Breeding normally occurs on small rock stacks and islets, the primary diet component is said to be left eyes flatfish. However the Rough Faced Shag will also feed on other marine aquatic specimens too.
Colonies now reside within wildlife sanctuaries that are clearly signposted on the islands reminding tourists and any wannabe poachers to stay clear of Rough Faced Shag habitat. Bird watchers are also reminded to stay clear of habitat, especially when breeding occurs due to the species being very sensitive to human disturbance. I am somewhat concerned as to how a tourist has been able to edge so close the colony within the image above. This isn’t good and as such enforcement teams must remind tour operators of the (code of conduct).
Conservation actions that are now underway include a census count every five years and, monitoring of vessels that can/do cause habitat disturbance. Furthermore development of techniques to establish new colonies of Rough Faced Shags elsewhere for future survival. A code of conduct has been established to (remind commercial boats, fishing-people and tour operators) of their obligations and duties to ensure Rough Faced Shags are not pressurized by human disturbance.
Protection of all breeding grounds has most likely been sought since last documentation on the species (2012). Prevention of marine farming next to ‘any’ colonies breeding or non-breeding and responsible fishing programs have been rolled out minimize by-catch thus ensuring the birds food source requirements are not depleted or harmed in anyway.
In the 1800s, collecting by ornithologists and hunting for the fashion trade may have affected numbers. Human disturbance (boats, aircraft and scuba divers) can cause desertion of nests and subsequent predation by gulls. New interest from tour operators in the region may increase the problem. Set-nets are sometimes placed very close to colonies and present a major risk. Birds are occasionally illegally shot. Probably the largest threat now is that of tourists or fishermen disturbing breeding and non-breeding colonies. Hence why conservation measures have been put into practice to remind and keep tourists and fisherman away from all inhabitant islands.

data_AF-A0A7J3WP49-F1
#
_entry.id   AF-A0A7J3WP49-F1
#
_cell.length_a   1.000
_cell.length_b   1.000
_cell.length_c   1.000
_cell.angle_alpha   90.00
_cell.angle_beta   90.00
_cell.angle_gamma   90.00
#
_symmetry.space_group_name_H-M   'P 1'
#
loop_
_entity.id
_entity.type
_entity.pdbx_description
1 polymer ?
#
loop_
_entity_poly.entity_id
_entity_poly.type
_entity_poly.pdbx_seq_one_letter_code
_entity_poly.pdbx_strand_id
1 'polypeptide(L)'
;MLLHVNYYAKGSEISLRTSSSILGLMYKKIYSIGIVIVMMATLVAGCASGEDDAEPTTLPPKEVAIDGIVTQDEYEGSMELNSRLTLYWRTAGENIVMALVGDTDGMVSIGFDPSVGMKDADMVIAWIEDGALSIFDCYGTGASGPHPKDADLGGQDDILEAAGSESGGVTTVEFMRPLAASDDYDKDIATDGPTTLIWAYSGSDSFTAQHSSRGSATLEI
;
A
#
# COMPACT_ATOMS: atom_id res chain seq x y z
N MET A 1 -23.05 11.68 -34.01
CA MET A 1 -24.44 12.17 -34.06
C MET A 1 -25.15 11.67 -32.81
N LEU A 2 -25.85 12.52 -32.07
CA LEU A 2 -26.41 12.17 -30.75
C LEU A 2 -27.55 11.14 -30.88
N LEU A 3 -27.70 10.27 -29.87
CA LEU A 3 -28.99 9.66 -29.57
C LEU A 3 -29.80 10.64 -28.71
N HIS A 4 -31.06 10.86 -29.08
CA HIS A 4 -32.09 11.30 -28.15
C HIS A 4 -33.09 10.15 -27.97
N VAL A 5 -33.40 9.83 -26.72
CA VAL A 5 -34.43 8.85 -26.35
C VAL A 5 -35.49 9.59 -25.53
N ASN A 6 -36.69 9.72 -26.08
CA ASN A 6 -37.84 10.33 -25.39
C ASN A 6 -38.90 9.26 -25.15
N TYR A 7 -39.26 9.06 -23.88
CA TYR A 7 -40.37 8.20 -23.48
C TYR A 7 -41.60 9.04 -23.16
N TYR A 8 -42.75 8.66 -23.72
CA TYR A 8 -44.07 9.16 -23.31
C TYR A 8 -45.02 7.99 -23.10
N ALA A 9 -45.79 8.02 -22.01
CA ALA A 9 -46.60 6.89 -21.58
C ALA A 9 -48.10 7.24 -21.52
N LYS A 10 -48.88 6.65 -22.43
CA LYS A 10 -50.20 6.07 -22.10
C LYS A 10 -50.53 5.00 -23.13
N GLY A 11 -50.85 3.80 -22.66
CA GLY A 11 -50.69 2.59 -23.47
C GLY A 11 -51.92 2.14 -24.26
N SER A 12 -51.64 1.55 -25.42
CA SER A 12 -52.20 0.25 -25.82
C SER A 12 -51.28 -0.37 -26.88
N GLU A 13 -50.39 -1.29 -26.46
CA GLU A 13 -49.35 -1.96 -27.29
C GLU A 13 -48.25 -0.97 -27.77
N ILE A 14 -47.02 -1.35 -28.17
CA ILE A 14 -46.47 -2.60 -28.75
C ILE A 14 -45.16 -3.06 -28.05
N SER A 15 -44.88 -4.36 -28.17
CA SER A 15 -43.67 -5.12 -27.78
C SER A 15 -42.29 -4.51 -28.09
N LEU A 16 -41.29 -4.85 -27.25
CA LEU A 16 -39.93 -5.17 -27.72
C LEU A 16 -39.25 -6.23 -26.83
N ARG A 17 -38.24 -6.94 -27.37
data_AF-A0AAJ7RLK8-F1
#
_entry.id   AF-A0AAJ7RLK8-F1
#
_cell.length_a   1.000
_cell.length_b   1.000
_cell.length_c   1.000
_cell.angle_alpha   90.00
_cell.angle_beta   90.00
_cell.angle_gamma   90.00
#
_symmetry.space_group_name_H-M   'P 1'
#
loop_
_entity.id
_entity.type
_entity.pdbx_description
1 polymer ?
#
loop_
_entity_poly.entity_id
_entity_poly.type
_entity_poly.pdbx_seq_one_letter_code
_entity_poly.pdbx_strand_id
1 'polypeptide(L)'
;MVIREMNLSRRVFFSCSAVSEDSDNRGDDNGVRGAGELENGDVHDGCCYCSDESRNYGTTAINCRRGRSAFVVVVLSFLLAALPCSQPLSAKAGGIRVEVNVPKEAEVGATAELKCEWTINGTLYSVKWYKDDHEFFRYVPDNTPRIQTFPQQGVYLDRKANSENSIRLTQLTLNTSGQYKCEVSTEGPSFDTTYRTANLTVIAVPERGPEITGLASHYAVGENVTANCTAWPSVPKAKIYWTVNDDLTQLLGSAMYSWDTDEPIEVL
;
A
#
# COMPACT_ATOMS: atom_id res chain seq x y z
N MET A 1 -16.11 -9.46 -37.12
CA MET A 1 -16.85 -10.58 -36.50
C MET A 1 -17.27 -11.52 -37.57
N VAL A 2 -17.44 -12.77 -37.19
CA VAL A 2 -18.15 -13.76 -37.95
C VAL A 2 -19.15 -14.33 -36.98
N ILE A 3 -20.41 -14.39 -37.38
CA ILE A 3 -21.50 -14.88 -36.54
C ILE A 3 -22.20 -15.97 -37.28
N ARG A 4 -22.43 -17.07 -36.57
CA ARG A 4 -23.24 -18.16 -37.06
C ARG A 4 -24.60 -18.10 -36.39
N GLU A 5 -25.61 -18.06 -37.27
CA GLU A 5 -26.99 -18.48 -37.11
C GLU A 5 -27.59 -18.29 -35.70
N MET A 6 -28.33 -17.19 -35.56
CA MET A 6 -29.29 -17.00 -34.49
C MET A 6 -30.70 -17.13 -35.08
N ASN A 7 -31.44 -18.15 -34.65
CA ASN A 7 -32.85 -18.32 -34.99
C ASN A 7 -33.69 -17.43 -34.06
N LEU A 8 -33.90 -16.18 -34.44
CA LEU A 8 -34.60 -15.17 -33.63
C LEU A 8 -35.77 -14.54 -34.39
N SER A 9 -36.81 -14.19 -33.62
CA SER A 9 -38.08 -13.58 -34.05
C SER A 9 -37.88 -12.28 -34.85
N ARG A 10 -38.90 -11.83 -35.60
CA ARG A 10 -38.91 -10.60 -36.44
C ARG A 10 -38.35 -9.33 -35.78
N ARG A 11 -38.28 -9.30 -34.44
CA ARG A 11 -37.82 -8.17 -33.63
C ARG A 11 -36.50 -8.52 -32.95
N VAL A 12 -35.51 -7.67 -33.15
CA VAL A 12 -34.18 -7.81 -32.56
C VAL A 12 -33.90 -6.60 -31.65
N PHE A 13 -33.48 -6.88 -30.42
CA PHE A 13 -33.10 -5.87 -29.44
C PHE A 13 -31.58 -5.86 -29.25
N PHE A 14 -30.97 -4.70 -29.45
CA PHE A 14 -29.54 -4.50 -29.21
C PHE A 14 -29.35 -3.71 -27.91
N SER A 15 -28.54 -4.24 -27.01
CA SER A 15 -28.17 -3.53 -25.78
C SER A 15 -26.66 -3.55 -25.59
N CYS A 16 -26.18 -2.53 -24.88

Thank you for reading.
Dr Jose C. Depre
Environmental and Botanical Scientist.
Endangered Species Monday – Pseudalopex fulvipes
In this Monday’s endangered species article we focus our attention on the species of fox commonly known as the Darwin fox. Identified by Dr William Charles Linnaeus Martin (1798 – 1864). Dr Martin was an English naturalist.William Charles Linnaeus Martin was the son of William Martin who had published early color books on the fossils of Derbyshire, and who named his son Linnaeus in honor of his interest in the classification of living things.
Listed as CRITICALLY ENDANGERED the species was scientifically identified as Pseudalopex fulvipes endemic to Chile, Los Lagos. Charles Darwin collected the very first evidence of this rather stunning species back in 1834 however was not the primary identifier despite the species name. Since 1989 the fox has been re-monitored to determine its current population sizes and future classification. I am somewhat skeptical that this species will survive into the next five years even with more in-depth wild analysis – the species in my own expert opinion is doomed.
One fox was observed and captured back in 1999 for data and breeding with a further two adults captured back in 2002 in Tepuhueico. That same year it was noted a local as killing a mother and her cubs which amassed to some four Darwin foxes witnessed dead and alive within the wild since revaluation of species began from 1989. Some evidence although (little documented) has confirmed “sightings” of Darwin foxes during the year of 2002 however, these are sketchy reports.
On mainland Chile, Jaime Jiménez has observed a small population since 1975 in Nahuelbuta National Park; this population was first reported to science in the early 1990s. It appears that Darwin’s Foxes are restricted to the park and the native forest surrounding the park. This park, only 68.3 km² in size, is a small habitat island of highland forest surrounded by degraded farmlands and plantations of exotic trees. This population is located about 600 km north of the island population and, to date, no other populations have been found in the remaining forest in between.